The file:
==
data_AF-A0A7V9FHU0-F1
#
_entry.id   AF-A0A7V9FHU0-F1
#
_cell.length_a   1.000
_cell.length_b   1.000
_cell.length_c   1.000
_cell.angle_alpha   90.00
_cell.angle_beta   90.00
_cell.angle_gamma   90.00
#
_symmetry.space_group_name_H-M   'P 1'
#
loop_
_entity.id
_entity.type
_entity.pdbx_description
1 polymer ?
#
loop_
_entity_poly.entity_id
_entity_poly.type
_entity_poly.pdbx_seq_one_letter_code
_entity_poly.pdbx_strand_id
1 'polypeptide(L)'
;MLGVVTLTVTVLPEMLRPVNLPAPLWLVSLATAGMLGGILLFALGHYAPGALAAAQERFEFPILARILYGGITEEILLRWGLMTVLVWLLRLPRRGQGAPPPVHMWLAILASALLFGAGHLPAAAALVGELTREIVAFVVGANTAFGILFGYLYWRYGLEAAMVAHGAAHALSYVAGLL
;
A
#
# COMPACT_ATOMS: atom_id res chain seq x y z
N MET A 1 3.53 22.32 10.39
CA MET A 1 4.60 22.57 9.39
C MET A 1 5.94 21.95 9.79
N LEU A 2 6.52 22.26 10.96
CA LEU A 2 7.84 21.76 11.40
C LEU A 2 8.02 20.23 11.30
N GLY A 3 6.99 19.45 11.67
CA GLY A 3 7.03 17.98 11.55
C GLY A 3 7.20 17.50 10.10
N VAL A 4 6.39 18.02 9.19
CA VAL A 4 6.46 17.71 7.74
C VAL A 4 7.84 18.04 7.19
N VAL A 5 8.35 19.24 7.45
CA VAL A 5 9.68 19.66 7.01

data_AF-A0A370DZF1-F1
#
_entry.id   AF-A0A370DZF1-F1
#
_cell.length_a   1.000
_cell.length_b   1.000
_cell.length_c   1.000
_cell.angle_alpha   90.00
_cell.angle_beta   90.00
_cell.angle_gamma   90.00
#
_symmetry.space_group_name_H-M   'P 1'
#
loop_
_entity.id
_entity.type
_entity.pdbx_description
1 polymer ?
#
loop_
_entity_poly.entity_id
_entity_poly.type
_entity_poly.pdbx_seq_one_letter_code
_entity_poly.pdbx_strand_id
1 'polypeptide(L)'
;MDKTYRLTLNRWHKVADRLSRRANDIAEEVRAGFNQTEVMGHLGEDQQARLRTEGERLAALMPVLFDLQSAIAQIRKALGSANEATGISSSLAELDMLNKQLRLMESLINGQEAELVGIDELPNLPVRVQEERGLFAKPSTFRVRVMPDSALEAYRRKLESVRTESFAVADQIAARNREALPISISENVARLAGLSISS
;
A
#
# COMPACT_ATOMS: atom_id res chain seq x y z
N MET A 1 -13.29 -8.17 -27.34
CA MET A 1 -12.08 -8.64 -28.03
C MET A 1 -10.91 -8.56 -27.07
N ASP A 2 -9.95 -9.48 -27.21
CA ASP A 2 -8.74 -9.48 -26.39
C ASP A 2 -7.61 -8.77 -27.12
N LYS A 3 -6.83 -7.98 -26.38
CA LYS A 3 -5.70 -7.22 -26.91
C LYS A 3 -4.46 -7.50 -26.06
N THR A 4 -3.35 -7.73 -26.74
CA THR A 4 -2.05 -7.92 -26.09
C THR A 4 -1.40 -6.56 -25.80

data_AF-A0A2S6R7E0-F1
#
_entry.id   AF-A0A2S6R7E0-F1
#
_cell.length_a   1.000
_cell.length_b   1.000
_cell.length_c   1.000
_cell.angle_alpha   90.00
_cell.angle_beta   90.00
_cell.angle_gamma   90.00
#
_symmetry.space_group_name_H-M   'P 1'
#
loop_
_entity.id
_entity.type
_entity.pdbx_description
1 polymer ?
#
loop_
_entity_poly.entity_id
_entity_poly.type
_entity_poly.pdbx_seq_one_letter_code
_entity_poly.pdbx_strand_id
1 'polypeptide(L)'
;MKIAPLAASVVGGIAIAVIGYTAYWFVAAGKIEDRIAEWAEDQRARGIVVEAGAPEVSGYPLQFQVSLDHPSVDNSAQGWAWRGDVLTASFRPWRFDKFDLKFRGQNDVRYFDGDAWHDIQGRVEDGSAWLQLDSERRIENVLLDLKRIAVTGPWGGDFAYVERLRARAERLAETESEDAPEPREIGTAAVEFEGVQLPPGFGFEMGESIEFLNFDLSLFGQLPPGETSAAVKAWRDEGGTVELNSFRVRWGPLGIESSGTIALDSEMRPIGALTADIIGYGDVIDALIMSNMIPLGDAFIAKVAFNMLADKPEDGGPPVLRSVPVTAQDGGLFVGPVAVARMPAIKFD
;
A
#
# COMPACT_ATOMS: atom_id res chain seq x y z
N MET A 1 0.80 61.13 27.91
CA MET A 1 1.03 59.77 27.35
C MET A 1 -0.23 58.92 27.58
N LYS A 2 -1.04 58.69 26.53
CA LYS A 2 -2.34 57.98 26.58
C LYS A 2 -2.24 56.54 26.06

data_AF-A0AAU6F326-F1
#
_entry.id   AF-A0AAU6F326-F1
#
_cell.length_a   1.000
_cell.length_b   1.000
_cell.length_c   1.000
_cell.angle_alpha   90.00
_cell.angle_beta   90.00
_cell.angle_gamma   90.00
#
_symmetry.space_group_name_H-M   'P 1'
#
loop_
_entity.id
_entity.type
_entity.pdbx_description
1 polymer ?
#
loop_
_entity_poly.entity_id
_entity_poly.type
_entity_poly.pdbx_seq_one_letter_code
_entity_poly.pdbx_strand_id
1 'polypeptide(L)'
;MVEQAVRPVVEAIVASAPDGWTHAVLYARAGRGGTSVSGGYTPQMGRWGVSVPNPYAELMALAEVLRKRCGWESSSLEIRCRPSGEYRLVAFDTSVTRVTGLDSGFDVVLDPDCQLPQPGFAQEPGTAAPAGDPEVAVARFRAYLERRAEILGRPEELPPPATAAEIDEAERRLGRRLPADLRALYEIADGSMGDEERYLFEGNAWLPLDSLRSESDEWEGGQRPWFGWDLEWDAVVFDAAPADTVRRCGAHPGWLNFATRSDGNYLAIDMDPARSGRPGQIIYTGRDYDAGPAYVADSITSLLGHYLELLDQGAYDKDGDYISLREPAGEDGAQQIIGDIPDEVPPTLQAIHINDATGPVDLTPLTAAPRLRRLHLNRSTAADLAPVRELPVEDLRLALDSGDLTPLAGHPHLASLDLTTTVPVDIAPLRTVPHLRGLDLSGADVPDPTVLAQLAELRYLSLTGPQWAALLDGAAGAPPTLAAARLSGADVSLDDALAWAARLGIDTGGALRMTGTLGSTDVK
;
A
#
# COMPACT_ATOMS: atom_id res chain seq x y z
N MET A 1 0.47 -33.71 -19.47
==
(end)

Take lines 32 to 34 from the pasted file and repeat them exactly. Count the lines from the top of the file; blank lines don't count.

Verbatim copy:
CA MET A 1 4.60 22.57 9.39
C MET A 1 5.94 21.95 9.79
N LEU A 2 6.52 22.26 10.96